A credit score is the most used indicator of someone’s financial responsibility. Your score is determined by a variety of factors and can vary depending on who is reporting it. The three major credit reporting agencies are Equifax, Experian, and TransUnion. Common factors used to calculate your score include repayment history, length, and variety of credit, percentage of credit being used, and the number of recent credit checks on your account.
Companies will run a credit check for a variety of reasons. There are two types of checks, also known as inquiries. A hard inquiry will give a complete picture of your history and is attached to an application for credit. Your credit score can take a hit if you have too many hard inquiries. Typically, you need to provide permission for a hard inquiry to occur. A soft inquiry is used for background checks or prequalification and is not tied to a credit application. Soft inquiries will not negatively impact your credit score.
Common Hard Inquiries
Applying for a Loan
When you are applying for a line of credit, the lender will run a credit check. Examples can include a mortgage, automobile loan, personal loan, or student loan. The lender is taking a risk by granting you a loan and needs to see if you have paid as agreed with past credit. A higher credit score can improve the interest rate they are willing to offer.
Requesting a Line of Credit
Credit card companies will most certainly want to review your credit history before issuing you a line of credit. Your score can affect how much credit they are willing to extend and at what interest rate. If you do not have a credit score, applying for a credit card is an easy way to establish one.
Shopping for Insurance
Evidence has shown that a client with a lower credit score is more likely to file a claim. Insurance companies will pull your credit to see what kind of risk they are taking and determine what premium to charge. If you have a poor credit score, you could pay double the premium as someone with good credit.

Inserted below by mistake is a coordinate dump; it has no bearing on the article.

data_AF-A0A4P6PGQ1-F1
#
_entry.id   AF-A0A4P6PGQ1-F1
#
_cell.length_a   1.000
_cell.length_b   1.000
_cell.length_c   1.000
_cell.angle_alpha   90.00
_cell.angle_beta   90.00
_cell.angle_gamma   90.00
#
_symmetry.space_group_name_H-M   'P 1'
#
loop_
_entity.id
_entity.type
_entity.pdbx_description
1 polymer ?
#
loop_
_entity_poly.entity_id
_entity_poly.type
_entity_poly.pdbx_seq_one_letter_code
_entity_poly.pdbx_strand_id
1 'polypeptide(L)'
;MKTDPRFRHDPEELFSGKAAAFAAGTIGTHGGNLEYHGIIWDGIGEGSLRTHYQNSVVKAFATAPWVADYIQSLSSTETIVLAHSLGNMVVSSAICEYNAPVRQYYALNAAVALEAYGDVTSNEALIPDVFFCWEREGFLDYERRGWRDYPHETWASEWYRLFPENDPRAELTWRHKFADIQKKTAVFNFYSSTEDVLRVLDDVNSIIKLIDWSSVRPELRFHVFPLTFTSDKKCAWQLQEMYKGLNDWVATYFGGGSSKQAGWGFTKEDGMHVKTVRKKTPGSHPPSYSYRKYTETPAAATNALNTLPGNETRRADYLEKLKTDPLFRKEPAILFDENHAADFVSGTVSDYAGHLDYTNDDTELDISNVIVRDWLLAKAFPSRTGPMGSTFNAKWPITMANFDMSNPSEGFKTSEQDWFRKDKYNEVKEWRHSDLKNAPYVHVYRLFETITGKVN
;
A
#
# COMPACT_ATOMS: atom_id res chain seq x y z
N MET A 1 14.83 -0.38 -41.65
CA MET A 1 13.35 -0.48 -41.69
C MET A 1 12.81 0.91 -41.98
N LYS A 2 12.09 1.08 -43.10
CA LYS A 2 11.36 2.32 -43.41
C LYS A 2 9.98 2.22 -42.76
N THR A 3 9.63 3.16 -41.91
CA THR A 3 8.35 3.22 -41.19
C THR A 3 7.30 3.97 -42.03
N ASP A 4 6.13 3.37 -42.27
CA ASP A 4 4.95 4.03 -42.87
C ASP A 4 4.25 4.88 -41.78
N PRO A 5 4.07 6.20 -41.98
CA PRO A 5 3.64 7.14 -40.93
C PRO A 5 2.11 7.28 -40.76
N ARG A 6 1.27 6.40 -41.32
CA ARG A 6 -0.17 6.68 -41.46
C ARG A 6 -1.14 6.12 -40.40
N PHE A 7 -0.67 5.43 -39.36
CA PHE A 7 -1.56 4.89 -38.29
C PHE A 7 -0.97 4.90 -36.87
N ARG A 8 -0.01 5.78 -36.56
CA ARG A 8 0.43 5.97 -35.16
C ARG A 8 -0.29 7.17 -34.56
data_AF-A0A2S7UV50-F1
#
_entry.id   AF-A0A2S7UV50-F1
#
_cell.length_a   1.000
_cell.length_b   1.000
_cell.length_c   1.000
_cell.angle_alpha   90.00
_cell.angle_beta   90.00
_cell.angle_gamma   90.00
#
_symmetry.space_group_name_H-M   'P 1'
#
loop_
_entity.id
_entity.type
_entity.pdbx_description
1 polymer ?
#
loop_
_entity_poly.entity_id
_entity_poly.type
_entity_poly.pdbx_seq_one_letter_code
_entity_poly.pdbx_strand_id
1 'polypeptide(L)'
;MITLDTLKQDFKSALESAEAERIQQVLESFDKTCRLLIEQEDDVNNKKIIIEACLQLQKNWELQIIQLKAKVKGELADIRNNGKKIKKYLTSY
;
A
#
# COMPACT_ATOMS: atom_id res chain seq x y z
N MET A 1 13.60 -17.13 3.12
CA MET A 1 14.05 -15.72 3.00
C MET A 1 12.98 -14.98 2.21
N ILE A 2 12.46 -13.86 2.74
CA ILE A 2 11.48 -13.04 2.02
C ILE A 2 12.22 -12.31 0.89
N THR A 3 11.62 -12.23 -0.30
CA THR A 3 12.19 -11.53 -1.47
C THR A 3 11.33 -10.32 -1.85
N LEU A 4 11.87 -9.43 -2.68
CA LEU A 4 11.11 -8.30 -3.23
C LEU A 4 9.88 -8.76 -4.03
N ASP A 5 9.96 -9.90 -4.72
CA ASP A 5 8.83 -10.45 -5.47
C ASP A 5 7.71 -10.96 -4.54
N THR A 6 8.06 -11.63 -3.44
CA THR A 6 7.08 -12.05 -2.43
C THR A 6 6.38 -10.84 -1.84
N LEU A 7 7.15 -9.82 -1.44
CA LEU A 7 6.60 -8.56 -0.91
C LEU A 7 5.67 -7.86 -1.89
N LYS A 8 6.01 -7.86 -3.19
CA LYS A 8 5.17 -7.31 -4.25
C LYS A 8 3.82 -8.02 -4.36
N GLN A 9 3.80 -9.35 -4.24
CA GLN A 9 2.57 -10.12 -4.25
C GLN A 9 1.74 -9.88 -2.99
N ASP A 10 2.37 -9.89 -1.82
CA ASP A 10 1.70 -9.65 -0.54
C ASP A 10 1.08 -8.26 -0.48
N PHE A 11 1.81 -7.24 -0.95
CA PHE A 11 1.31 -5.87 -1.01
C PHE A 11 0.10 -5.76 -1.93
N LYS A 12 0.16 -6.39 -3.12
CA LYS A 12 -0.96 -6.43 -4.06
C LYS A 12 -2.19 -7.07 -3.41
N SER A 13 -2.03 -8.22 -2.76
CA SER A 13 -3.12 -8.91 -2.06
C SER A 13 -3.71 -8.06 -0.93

Signing a Lease
Landlords are extremely interested in knowing how you have handled past debt. It is an indicator of whether you will pay rent on time. The score itself might not be the determining factor, but rather if you have met your past obligations as agreed.
Common Soft Inquiries
Checking Your Score
You have the right to receive a free copy of your credit report annually from the three major reporting agencies. There are also several other ways to monitor your score regularly. It is a good idea to review it at least annually and make sure you agree with what you see. You can dispute something if it looks incorrect. It’s also good to know where you stand before meeting with a potential lender.
A potential employer is looking for red flags on your credit report, especially if you will be managing finances for them. If you struggle to manage your personal finances, they may not want you working for them.
Credit card and insurance companies will often try to prequalify someone to entice them to sign up or buy insurance. This is more of an informal process to loosely determine your creditworthiness. As you progress in the application process, a hard inquiry may need to be run.
Understanding your credit score and keeping it in good standing is important early in adulthood. A good credit score can save you a lot of money throughout your life.